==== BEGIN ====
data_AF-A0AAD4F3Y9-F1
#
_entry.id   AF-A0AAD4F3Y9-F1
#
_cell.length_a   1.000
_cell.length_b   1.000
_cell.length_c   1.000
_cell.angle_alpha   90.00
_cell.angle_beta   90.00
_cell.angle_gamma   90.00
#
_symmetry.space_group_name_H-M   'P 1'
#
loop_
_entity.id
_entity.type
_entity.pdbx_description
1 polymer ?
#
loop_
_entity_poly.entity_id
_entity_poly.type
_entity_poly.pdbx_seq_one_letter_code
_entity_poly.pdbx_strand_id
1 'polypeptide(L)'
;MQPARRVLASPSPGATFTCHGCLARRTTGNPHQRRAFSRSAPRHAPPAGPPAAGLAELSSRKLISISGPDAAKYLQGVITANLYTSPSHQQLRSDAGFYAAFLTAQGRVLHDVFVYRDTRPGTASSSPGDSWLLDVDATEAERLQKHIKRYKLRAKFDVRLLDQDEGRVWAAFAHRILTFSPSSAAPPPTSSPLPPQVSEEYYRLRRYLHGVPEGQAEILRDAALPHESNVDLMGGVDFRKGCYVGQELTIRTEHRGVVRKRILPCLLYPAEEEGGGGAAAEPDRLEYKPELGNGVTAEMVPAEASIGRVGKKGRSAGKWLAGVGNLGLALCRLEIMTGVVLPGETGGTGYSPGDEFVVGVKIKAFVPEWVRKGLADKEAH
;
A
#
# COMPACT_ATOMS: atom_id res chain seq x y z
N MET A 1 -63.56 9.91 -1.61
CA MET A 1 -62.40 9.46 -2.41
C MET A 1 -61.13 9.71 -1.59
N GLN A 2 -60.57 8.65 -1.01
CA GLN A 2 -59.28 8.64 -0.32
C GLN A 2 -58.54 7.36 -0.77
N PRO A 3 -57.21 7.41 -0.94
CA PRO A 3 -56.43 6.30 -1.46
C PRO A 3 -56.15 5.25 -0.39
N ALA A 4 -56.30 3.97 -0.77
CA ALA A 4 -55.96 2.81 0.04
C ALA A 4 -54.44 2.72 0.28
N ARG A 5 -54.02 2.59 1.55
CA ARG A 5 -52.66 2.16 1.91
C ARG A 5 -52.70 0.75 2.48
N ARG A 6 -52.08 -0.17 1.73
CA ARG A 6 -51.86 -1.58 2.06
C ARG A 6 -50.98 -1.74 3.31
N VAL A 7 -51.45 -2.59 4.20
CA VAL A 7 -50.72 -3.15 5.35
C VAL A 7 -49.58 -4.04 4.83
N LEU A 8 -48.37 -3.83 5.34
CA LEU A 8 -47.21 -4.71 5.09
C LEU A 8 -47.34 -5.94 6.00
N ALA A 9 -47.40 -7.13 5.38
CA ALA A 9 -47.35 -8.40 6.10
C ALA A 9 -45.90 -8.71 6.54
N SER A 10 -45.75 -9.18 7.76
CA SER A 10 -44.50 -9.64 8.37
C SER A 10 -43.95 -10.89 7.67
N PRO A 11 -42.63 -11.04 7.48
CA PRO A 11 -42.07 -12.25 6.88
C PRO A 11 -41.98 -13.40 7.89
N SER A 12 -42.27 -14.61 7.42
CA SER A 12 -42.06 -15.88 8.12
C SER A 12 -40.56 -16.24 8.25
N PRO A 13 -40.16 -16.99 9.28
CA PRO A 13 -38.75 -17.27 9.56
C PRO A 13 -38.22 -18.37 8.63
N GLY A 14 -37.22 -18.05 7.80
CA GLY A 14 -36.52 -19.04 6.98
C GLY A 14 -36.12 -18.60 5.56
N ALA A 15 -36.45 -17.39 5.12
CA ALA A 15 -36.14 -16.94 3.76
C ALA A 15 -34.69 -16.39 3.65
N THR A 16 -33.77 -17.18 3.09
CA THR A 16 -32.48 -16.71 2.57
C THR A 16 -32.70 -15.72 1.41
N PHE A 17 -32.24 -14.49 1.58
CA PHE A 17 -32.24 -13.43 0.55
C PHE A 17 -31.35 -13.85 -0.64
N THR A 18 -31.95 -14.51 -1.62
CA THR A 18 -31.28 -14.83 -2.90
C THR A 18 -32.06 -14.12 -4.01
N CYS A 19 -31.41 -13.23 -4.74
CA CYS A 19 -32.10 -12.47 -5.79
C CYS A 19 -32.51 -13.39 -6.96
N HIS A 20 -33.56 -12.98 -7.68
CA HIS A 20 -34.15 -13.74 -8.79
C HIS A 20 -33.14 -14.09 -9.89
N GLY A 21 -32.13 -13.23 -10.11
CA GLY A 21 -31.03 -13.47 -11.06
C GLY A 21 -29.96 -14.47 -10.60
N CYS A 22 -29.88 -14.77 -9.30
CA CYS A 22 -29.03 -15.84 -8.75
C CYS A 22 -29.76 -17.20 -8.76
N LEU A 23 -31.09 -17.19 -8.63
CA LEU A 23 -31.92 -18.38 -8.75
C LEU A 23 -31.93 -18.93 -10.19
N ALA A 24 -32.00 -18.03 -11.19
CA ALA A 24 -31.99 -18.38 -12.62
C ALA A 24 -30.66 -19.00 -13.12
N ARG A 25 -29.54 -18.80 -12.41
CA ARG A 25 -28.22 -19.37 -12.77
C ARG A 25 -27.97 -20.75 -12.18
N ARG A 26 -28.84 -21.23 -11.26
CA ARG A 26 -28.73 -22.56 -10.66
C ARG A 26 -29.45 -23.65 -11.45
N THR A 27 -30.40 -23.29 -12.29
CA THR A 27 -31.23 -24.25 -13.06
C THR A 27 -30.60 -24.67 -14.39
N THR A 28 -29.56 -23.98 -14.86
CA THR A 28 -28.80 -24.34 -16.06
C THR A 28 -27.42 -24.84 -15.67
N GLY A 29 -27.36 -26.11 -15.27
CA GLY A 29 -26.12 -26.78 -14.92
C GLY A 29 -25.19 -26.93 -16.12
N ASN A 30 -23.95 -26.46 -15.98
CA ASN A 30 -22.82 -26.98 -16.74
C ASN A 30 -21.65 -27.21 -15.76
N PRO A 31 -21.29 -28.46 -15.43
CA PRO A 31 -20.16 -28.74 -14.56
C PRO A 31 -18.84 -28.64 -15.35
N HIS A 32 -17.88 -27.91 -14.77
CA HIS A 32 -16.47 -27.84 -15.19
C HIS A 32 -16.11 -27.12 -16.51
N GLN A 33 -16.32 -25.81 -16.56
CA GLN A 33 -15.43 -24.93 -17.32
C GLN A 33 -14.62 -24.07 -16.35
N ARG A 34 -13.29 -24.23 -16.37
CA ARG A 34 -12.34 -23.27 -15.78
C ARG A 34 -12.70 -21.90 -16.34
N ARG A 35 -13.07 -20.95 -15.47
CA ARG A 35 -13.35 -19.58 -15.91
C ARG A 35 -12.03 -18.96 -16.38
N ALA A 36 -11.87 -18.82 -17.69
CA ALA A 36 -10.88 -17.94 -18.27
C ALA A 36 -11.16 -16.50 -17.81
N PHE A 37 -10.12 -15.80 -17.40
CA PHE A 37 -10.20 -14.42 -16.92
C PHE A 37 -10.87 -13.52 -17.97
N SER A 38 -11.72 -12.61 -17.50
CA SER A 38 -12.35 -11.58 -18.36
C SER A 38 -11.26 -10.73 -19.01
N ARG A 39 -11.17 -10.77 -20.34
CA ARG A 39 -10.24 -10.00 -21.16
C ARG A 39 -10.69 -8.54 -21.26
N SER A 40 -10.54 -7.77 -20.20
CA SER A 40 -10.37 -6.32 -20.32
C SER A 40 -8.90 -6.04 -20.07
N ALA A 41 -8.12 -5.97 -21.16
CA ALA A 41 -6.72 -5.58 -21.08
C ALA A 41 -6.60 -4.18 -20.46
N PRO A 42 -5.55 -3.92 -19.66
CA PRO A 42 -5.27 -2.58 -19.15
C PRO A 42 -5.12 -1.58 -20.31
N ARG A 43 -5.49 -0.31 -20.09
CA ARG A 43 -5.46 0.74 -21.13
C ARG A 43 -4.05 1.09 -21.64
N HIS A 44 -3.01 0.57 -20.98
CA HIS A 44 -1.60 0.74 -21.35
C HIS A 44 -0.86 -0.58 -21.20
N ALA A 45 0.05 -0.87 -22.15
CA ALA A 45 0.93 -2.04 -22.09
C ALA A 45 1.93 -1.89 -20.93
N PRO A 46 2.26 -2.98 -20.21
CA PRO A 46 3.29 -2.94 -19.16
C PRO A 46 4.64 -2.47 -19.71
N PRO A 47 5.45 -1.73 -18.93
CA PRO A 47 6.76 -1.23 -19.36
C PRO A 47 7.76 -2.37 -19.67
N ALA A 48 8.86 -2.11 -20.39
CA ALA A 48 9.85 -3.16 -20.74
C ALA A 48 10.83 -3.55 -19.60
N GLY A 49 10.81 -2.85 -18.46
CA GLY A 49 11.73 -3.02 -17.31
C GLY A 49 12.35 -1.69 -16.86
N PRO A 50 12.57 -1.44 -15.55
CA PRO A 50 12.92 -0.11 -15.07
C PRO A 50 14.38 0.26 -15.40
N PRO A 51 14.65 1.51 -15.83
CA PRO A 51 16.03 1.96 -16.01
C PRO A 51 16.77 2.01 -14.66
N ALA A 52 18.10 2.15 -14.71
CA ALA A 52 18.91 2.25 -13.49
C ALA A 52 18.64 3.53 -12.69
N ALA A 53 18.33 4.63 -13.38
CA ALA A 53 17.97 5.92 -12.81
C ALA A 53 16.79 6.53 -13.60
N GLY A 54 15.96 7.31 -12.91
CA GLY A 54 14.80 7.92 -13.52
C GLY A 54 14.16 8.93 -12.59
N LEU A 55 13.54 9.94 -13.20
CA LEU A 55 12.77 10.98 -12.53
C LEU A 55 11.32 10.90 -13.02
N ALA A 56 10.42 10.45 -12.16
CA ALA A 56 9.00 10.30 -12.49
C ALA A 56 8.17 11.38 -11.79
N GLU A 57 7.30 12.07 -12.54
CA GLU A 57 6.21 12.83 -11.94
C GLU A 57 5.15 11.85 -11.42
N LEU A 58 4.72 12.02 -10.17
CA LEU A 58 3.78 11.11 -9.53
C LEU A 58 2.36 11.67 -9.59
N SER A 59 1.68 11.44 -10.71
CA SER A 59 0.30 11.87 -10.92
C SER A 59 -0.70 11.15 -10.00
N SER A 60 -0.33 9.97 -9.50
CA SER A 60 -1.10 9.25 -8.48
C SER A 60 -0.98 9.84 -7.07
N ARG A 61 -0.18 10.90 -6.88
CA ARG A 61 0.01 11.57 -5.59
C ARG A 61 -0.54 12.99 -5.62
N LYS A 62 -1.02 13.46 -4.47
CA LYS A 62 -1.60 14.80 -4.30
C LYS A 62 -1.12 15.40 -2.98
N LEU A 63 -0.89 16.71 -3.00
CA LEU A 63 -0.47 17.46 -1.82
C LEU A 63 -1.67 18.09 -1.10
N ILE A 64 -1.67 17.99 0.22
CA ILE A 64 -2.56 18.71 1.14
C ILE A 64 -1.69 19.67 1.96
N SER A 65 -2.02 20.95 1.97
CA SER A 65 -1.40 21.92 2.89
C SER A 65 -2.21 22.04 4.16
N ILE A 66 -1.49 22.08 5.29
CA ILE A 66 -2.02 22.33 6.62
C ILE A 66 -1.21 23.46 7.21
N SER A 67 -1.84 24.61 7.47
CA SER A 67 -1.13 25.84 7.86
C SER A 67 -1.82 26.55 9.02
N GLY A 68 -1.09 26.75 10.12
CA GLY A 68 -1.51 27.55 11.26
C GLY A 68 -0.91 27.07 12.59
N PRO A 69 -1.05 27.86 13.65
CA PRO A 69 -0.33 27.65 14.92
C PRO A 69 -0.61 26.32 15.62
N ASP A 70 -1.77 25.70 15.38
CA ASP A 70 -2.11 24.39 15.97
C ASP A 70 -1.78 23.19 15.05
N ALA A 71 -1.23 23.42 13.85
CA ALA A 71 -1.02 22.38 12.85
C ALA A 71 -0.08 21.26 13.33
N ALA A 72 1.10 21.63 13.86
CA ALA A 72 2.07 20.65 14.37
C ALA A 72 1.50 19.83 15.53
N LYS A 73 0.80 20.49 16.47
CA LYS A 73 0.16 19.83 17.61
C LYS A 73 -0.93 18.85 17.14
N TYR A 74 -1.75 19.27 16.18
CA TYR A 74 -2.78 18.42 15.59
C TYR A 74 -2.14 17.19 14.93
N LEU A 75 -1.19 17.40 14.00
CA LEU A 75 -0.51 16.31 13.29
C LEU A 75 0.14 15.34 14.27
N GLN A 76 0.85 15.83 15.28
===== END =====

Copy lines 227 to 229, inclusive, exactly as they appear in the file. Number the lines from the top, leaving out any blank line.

CA ILE A 66 -2.02 22.33 6.62
C ILE A 66 -1.21 23.46 7.21
N SER A 67 -1.84 24.61 7.47